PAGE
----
Jesus, on the other hand, could not have been tempted from within because He did not experience the effects of original sin.  The same would be true of Our Lady.  So, Jesus was only tempted from the outside.  it's often an overlooked fact, but notice that it was actually the Holy Spirit that led Jesus into the dessert to be tempted - the Holy Spirit!  It forces us to ask, "Why?"  St. John Chrysotom, an early Father of the Church, tells us that Jesus allowed Himself to be tempted in order to give us an example of steadfastness in the fact of evil.  We're also forced to ask, "Why does God allow us to be tempted?"  St. John Chrysostom tells us that the Lord allows temptations to come our way in order to confirm our strength against it in Christ Jesus; in order to sometimes humble us and remind us that God is ultimately in charge of our lives; and as proof that God truly loves us, or else the devil wouldn't waste his time on us.

Lastly, let's consider how the devil operates as tempter.  When he tempts the Lord, the devil does several things:

1.  St. John refers to the devil as the Father of Lies (Jn. 8:44).  Satan is the master deceiver.  Just look at how he tricked Adam and Eve.  The devil doesn't overpower us - he simply relies on our fallen nature to attract us to things that are apparently good, but are actually not very good for us at all.  When we sin, we do things or think things that seem good to us.  The devil dupes us. 

2.  In the case of our Lord, the devil uses legitimately good things and tries to make them appear to be better then what God the Father has in mind for the Lord Jesus.  So, the devil appeals to our Lord's natural desire for food; and then to kingship - to have Christ's teachings embodied in the law and mores of all nations; and then he tempts our Lord with the devotion of the people, if only our Lord will cast himself down from the Temple parapet so as to have the angels rescue Him.  Each of these things that the devil uses are goods.  But they are not what the Father intends for the Lord.  Hence, they are temptations from the true mission of Jesus - to die at Calvary for the redemption of all.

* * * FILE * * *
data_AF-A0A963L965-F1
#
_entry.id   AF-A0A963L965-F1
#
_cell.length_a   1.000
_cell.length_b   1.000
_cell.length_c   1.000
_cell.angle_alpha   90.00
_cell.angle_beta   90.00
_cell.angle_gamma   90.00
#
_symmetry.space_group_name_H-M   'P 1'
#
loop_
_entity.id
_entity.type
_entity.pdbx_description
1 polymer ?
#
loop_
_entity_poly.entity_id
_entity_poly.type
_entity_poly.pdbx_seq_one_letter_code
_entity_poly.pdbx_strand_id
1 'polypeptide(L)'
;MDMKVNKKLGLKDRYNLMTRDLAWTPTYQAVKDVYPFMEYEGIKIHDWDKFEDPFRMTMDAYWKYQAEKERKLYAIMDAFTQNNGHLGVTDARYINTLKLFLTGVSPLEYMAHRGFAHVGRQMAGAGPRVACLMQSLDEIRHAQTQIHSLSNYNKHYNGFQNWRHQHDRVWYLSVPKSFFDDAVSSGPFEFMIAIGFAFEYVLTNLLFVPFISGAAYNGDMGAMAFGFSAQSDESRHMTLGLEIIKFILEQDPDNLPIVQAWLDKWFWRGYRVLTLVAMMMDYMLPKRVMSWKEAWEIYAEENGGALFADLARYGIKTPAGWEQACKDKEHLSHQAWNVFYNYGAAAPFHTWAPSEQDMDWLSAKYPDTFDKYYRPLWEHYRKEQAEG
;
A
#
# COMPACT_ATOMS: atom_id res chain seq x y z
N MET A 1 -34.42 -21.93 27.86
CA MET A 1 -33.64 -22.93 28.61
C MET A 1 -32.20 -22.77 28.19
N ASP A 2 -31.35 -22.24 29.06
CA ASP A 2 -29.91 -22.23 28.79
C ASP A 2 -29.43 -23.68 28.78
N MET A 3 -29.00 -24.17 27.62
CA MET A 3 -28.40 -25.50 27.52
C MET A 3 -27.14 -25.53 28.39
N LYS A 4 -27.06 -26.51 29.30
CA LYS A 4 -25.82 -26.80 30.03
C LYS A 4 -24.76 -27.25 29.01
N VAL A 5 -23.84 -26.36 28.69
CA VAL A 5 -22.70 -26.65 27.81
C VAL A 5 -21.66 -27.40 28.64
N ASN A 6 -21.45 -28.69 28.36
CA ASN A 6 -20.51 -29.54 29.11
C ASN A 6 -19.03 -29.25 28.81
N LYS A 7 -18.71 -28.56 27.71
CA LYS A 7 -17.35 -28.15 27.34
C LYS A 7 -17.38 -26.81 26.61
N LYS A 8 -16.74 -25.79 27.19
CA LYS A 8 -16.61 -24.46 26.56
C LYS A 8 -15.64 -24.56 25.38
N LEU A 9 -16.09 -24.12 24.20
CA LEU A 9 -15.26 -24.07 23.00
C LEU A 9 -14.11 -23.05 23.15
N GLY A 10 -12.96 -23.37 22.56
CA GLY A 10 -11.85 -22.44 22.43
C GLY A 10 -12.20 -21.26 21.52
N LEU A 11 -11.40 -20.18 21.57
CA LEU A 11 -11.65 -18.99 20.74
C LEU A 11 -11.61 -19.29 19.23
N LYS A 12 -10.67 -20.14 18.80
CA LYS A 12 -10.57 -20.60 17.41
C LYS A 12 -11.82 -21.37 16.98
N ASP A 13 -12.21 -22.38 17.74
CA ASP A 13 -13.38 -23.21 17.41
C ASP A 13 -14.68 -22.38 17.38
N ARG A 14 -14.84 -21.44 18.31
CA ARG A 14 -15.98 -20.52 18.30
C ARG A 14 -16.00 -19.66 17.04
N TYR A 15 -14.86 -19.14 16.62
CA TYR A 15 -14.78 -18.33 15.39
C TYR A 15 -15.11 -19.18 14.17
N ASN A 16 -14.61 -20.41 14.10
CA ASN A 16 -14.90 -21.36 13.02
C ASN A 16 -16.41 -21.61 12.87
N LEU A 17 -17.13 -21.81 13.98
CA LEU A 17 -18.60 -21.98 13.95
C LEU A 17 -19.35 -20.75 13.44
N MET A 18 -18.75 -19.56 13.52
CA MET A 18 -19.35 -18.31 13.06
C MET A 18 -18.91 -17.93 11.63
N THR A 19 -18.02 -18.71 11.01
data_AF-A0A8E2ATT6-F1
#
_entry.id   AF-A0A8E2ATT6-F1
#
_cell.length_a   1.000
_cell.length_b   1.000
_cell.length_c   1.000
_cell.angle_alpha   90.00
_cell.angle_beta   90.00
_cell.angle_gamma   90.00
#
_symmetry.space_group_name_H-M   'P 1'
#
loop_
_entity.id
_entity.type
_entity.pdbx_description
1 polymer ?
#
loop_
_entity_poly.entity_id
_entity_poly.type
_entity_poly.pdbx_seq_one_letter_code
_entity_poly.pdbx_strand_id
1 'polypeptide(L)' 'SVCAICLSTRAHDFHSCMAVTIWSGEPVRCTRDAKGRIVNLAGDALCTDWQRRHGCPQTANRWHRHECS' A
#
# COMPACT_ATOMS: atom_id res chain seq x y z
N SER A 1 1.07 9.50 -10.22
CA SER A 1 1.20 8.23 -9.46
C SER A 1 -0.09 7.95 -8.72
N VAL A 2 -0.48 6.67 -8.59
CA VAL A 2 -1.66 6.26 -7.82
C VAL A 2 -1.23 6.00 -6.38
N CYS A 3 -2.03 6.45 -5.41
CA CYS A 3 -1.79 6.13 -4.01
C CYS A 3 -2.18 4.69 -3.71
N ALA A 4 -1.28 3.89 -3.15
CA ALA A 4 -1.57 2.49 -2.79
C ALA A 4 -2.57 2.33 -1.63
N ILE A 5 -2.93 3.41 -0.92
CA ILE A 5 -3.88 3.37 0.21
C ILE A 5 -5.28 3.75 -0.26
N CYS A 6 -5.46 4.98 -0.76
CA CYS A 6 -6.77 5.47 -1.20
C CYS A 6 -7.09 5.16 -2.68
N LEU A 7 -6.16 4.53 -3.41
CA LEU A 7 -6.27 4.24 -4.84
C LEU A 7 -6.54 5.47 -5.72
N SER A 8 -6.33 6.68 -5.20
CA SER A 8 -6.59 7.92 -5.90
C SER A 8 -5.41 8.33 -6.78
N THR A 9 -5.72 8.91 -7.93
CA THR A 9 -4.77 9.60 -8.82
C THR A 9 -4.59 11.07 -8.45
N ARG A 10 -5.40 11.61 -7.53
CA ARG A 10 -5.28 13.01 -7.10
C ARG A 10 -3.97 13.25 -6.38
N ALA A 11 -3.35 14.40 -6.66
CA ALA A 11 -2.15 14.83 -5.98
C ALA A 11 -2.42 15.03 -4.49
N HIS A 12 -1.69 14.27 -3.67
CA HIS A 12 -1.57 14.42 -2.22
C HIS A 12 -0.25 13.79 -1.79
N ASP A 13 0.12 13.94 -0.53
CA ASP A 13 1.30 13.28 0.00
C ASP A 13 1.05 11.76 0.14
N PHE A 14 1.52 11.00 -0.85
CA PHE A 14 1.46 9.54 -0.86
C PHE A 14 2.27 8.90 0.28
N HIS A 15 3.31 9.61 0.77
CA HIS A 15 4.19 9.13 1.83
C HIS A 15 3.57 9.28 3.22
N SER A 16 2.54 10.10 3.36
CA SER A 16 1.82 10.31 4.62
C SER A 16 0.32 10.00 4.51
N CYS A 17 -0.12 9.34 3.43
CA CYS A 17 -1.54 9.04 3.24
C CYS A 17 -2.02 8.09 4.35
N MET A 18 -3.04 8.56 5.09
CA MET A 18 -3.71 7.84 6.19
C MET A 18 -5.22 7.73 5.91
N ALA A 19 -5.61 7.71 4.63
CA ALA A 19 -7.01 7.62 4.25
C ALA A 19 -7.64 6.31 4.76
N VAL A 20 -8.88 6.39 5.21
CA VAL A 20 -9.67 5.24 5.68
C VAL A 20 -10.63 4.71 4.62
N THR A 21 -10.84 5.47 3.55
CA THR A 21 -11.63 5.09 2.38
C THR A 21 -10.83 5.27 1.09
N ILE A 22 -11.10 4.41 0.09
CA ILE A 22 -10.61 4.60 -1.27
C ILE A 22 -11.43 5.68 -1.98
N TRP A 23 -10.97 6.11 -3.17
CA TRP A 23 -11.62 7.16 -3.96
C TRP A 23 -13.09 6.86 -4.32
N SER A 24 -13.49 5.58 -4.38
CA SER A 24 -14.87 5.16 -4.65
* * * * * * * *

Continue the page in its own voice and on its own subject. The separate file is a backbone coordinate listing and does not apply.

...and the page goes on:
3. In our case, the devil tries to cause division among family members and between husbands and wives.  The devil appeals to our good instincts and rarely does he offer things that are blatantly bad for us.  For example, he may dupe parents into thinking that in order to provide the best for their children (which is a good thought), it's necessary to have fewer children and even use contraception to achieve this end.  Or, he may trick parents into thinking that providing the best for their children means that both parents have to work, to the neglect of the children's development, when in fact both parents need not work.  Or, parents can be tricked into thinking that giving their children "the best" means acquiring the latest toys or even the most expensive education, only to have materialism choke off the spiritual lives of their kids.  Again, there's nothing wrong at all with wanting the best for our children but be aware of how the devil may be tempting you to achieve it in ways that are not what God really wants.

4.  Even individuals who desire to live virtuously can experience the temptation to have no compassion on those who are lukewarm.  Others who are patient with the faults with others can be tempted to slip into an ambivalence about error.  Even our talents can be sources of inordinate pride.

You see how we are always in a precarious situation.  Even the good things in life can be temptations for sin.  Hence, we're always in need of discernment; of a pure heart that can truly listen to God and answer his call, as difficult as that can be at times.

At the end of the day, we have two weapons to match the deceptions of the evil one: humility and obedience.  A true humility always recognizes and accepts that is is God alone who directs our lives and it is through obedience to the teachings of Christ made known through the Church He established that we have assurance of sound moral and doctrinal footing.  The devil's pride caused him to disobey God.  He said, non serviam - I will not serve.  May the humility and obedience of both the Blessed Mother at the Annunciation and the Lord Jesus at Calvary be our ultimate examples and guides.

Praised be Jesus Christ.  Now and forever!